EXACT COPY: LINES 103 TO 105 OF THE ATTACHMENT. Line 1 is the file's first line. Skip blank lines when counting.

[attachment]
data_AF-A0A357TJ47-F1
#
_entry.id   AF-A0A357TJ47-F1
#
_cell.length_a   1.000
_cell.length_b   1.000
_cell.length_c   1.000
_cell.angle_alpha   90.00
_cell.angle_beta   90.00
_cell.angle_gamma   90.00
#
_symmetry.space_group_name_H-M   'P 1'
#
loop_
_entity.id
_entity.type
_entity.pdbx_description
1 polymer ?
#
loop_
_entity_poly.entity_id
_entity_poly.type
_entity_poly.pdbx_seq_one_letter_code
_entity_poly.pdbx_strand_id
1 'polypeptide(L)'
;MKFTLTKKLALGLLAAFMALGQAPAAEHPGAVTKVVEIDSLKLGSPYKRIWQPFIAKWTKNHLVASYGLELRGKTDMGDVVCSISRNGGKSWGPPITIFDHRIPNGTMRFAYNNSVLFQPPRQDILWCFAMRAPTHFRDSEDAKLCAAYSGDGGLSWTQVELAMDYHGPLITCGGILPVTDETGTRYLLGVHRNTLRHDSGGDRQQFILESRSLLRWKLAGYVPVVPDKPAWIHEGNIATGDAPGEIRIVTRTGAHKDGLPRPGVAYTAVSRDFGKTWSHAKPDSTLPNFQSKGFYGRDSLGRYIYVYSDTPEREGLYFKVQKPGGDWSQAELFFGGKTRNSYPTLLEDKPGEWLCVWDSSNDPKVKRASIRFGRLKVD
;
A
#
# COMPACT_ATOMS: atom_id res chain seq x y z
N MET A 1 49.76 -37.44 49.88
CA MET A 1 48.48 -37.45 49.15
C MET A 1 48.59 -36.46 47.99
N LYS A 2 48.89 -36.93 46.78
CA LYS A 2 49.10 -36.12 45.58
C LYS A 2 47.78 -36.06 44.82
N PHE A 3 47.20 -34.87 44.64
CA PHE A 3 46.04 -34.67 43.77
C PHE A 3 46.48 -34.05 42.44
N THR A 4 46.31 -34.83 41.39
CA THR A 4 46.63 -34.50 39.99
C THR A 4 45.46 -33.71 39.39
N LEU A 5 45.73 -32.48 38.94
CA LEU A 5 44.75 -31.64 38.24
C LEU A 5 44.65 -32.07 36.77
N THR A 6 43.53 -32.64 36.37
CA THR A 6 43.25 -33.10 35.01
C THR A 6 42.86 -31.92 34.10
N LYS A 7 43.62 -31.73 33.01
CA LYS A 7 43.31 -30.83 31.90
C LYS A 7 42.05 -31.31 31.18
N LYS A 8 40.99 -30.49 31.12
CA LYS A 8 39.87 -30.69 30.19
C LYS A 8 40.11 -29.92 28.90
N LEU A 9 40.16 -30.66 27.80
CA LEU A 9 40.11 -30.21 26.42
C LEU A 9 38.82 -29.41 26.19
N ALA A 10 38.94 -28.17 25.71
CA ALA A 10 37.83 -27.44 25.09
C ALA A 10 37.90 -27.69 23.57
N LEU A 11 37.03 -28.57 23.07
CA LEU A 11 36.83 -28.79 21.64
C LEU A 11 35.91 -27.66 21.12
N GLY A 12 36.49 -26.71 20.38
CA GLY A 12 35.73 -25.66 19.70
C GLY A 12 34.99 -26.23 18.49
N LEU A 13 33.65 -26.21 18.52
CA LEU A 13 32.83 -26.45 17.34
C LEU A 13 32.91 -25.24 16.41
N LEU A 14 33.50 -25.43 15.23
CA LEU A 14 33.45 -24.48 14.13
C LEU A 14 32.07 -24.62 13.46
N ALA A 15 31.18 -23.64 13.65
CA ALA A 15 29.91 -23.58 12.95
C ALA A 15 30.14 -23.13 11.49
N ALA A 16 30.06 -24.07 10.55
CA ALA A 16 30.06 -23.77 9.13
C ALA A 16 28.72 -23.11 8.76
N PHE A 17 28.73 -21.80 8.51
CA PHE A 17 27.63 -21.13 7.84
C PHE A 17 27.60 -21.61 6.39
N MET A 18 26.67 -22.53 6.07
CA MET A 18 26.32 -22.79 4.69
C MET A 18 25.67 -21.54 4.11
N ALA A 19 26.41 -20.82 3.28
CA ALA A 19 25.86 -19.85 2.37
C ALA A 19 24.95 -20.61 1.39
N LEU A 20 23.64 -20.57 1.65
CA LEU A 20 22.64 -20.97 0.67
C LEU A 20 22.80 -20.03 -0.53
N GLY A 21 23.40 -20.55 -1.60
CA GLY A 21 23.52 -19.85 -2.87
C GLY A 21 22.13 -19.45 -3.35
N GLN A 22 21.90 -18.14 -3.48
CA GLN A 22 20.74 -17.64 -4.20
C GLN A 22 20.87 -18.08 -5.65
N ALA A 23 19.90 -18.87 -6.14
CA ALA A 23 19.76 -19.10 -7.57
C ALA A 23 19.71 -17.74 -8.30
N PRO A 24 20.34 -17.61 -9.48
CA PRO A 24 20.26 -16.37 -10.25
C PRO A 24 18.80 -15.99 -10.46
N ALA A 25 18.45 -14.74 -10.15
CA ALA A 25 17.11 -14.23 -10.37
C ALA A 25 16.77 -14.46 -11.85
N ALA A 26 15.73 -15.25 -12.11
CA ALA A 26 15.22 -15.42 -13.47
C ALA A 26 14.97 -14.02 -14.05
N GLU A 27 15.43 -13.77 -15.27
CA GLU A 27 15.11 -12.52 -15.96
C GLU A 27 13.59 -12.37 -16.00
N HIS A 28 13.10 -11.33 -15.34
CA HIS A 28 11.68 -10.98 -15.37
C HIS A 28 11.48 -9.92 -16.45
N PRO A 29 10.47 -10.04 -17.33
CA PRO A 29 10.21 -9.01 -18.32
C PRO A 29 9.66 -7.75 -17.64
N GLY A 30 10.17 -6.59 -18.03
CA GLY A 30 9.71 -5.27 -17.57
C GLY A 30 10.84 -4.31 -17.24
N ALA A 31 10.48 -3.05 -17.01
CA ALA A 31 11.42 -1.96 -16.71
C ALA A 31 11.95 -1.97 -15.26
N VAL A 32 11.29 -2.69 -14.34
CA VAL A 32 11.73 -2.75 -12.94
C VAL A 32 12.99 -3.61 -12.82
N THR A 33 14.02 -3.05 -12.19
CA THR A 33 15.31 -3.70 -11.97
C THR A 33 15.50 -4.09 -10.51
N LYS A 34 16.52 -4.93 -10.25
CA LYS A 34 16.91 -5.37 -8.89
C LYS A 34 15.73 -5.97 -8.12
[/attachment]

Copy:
N ALA A 25 18.45 -14.74 -10.15
CA ALA A 25 17.11 -14.23 -10.37
C ALA A 25 16.77 -14.46 -11.85